We all know that in first class and business class you can create beautiful spaces. But most passengers make their way to the back of the airplane and that’s where the squeeze is on.
The new Airspace by Airbus cabin concept was released this week and, for once, an aircraft interior launch appeared to be focused squarely on the 3 billion travelers who board a flight each year in the back of the plane. That’s not to say premium cabins were ignored – they were not – but multiple Airbus executives took the stage in London or sat with media throughout the event and they were all actually excited about the economy class cabin, shifting the conversation in that direction rather than trying to avoid such discussions. Ingo Wuggetzer, Airbus’ VP marketing summed up the feeling well early in the day, explaining that Airbus wants “to create an awareness and desire for passengers to fly more comfortable”. And he was quite clear: This is not just about big spenders in the lie-flat beds.
Have we finally found a product truly designed around the volume of passengers more than just the theory of luxury which can be delivered up front?
Arguably most important is that Airbus is sticking to its 18″ seat width for 8-abreast coach, with a good portion of the presentation spent talking about both the actual and perceived benefits the “extra inch” brings to each passenger. Comfort and Ambiance are two of the four design pillars the Airspace cabin is driven by and both benefit from that extra width. But seat width is not the only area where Airbus is focused. The company is quick to point out that the new Airspace layout takes advantage of the nextgen v4 entertainment systems design which dramatically reduces the impact of the seat box on legroom. Again, just an inch here or there under the seat but that makes a big difference, especially for taller passengers already feeling the squeeze.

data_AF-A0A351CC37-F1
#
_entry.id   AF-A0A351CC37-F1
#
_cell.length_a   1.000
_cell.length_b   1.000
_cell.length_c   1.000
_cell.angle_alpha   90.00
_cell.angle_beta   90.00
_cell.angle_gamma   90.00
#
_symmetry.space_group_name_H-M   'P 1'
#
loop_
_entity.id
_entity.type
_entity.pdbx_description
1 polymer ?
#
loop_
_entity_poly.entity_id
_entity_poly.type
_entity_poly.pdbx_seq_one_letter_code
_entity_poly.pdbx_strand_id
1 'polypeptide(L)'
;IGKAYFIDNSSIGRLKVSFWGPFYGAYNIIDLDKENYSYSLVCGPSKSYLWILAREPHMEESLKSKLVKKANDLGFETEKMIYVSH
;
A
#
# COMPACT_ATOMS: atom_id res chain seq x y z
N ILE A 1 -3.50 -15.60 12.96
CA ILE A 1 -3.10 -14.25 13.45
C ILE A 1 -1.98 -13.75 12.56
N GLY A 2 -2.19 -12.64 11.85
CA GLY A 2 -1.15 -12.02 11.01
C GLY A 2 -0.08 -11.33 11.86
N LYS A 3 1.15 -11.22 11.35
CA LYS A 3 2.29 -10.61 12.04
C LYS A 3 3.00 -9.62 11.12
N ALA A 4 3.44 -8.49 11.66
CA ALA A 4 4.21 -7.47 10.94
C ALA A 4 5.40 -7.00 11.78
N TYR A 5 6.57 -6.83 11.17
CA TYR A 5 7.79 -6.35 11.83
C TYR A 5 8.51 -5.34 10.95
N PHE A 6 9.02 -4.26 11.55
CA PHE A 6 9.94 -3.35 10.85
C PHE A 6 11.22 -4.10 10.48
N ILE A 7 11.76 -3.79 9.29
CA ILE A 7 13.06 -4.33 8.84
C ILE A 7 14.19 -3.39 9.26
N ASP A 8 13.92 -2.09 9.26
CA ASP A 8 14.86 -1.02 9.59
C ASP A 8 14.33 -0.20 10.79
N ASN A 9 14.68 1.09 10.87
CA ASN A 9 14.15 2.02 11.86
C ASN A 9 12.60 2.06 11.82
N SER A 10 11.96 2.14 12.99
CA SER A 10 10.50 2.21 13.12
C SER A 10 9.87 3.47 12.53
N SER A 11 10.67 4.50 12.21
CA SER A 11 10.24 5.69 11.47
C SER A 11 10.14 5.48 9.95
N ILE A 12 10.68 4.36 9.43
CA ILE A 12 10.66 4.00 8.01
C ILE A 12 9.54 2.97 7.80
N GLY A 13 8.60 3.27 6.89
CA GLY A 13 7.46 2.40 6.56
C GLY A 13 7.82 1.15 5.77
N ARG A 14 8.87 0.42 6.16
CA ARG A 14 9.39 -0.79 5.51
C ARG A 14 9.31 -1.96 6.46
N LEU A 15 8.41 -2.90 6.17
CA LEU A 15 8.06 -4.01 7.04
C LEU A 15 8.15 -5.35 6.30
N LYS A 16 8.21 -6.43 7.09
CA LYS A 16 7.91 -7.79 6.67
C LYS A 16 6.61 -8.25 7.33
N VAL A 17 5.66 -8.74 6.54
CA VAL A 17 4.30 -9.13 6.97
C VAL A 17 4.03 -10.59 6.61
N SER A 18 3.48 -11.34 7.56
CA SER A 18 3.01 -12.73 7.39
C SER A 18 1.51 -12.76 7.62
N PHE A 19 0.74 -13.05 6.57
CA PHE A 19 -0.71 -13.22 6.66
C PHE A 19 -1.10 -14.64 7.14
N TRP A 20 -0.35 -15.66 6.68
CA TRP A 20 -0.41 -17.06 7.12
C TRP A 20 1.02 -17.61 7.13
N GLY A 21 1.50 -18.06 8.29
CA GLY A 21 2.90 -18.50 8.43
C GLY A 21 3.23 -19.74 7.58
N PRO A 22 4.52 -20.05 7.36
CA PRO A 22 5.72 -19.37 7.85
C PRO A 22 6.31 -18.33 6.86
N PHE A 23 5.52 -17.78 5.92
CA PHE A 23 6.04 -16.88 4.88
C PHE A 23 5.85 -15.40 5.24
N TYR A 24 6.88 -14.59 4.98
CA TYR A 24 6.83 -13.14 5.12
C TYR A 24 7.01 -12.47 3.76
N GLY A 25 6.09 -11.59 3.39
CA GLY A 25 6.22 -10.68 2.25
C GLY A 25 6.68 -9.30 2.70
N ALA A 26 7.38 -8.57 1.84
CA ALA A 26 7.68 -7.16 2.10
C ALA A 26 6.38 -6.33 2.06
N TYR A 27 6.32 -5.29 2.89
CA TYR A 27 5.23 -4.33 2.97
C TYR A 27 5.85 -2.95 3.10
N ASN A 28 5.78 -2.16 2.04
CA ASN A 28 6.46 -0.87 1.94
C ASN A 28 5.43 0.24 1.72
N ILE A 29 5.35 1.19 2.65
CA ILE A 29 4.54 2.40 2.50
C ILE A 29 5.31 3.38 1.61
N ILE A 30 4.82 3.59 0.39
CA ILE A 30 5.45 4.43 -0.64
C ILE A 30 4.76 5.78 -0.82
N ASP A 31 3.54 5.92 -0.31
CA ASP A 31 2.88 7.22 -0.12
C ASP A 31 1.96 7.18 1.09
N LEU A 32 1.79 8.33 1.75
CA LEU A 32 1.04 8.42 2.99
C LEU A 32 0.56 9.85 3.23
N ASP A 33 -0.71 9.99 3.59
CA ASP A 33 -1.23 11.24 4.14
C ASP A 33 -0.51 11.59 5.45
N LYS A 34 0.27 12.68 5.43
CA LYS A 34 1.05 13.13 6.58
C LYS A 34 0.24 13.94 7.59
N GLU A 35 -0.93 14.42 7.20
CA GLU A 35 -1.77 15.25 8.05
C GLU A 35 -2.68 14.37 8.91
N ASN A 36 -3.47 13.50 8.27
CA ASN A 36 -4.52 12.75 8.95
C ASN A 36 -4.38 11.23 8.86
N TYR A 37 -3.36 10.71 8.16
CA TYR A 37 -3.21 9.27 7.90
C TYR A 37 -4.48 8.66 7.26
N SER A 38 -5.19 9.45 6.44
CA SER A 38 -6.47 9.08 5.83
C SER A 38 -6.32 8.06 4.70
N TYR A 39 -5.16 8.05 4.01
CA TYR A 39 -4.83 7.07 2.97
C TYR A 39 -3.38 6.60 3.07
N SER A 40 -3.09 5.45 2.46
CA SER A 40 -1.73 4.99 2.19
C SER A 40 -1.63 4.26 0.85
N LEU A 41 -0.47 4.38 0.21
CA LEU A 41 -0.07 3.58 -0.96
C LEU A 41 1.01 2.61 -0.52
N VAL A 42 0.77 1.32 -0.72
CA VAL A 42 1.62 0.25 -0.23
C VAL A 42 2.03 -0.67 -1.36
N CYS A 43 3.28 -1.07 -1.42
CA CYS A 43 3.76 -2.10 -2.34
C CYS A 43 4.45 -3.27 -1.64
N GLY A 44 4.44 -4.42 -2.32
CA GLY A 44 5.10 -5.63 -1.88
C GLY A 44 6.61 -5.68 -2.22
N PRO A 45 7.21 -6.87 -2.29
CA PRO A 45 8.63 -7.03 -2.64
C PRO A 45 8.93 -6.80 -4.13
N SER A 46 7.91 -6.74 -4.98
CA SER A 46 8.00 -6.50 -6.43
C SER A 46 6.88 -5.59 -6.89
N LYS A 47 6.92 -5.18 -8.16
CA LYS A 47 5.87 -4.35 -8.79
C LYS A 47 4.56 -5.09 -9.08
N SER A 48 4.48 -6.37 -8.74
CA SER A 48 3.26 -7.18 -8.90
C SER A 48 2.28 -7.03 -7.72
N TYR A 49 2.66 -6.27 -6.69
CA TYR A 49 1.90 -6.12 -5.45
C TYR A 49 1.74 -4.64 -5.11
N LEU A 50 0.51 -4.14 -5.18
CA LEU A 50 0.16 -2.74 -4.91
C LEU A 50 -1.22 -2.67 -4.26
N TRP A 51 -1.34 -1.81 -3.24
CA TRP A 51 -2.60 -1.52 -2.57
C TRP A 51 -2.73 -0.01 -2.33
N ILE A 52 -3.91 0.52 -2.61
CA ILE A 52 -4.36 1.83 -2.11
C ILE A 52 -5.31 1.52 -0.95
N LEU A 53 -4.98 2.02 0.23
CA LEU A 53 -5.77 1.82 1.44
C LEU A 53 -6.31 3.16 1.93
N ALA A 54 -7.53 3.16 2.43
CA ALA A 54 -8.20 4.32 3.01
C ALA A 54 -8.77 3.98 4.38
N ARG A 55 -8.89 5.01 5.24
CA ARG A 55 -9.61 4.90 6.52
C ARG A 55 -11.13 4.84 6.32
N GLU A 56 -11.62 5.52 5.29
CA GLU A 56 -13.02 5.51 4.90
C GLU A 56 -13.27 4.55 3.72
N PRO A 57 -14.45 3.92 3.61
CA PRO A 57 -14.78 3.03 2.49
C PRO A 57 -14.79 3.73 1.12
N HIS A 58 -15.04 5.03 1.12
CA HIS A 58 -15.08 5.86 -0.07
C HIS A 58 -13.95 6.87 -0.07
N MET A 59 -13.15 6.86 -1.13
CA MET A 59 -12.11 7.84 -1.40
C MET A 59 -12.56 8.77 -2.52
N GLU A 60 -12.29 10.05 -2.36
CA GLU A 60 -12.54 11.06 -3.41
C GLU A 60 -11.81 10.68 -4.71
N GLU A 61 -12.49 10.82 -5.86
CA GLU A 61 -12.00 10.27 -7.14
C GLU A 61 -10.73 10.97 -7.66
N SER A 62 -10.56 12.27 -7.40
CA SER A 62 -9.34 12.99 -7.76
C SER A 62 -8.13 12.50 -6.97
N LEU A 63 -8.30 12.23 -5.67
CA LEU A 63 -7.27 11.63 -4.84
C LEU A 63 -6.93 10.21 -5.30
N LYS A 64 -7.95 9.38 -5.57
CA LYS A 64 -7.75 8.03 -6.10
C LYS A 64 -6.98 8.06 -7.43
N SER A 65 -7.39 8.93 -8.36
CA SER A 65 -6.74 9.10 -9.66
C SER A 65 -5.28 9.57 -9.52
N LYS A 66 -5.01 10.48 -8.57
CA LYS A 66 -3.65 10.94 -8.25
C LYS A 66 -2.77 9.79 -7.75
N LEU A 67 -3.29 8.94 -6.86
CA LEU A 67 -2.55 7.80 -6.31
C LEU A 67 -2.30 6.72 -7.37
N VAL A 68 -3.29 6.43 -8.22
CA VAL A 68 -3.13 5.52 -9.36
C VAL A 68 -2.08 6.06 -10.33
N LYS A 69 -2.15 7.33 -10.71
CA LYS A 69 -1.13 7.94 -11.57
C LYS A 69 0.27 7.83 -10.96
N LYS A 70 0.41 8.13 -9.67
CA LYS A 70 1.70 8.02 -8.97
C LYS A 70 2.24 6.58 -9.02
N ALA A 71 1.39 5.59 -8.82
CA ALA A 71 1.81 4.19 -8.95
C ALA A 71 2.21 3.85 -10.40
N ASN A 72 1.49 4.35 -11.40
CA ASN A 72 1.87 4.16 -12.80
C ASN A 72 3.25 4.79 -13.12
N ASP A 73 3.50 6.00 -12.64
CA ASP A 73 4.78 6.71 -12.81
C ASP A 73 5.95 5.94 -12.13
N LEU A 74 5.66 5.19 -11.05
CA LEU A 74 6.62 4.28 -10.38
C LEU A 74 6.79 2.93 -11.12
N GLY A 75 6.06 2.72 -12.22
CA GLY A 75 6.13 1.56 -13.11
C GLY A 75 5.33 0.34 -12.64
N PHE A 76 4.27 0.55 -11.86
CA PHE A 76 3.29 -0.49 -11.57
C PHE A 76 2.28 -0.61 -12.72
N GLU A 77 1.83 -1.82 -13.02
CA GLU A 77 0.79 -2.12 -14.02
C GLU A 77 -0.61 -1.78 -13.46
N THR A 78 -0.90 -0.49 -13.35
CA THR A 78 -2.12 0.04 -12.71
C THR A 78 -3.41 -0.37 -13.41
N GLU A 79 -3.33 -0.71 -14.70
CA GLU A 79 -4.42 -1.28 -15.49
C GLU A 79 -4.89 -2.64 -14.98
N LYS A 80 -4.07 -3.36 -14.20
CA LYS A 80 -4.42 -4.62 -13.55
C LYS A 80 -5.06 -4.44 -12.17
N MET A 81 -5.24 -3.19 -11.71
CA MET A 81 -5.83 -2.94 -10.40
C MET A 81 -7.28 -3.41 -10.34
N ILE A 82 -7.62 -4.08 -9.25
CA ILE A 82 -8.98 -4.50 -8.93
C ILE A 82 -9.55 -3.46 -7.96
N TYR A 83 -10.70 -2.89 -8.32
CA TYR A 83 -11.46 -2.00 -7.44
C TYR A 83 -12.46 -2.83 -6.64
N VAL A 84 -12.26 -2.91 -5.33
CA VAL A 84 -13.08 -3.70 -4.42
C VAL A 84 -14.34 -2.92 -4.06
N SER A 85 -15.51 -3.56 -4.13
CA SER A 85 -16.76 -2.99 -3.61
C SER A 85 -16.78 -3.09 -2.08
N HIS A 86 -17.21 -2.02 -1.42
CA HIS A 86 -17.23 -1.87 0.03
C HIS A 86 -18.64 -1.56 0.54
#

That does not mean, however, that everything about the economy cabin is going to be more spacious. Airbus still plans to add an extra row or so of seats with a comparable comfort level to the prior iteration of the cabin. This comes through use of the Space-Flex galley/lav design and other, small tweaks which add up throughout the cabin to eke out the inches necessary for the extra seats. Wuggetzer described some of these tweaks, saying, “We have a new location for the crew rest. We [have] done smart lifts in a way that the interior space is the same but due to how we do the piping and electricity the outer dimension gets smaller. By combining those smart monuments you collect inch-by-inch, then you get a row. It is not one element; it is a set of elements with different needs from different airlines based on their needs and segmentation.”
Of course, all of this optimism could come crashing down in a hurry if airlines decide to push the density issue to 9-abreast. And, just like on the A380 and the A350 and the A330ceo, Airbus executives acknowledged that the company would facilitate that decision if an airline customer chose it. The 9-abreast option remains alive in the A330neo fuselage, sacrificing seat width below the 18″ comfort standard the company is pushing. That would be a shame from a customer perspective but it would be naïve to believe it will not happen at some point.
So, does the coach experience in the new A330neo cabin have a chance to be great? Based on what Airbus is showing off so far the answer is a resounding yes. And probably even worth dealing with the smaller lavs and the logo etched on the windows to get there.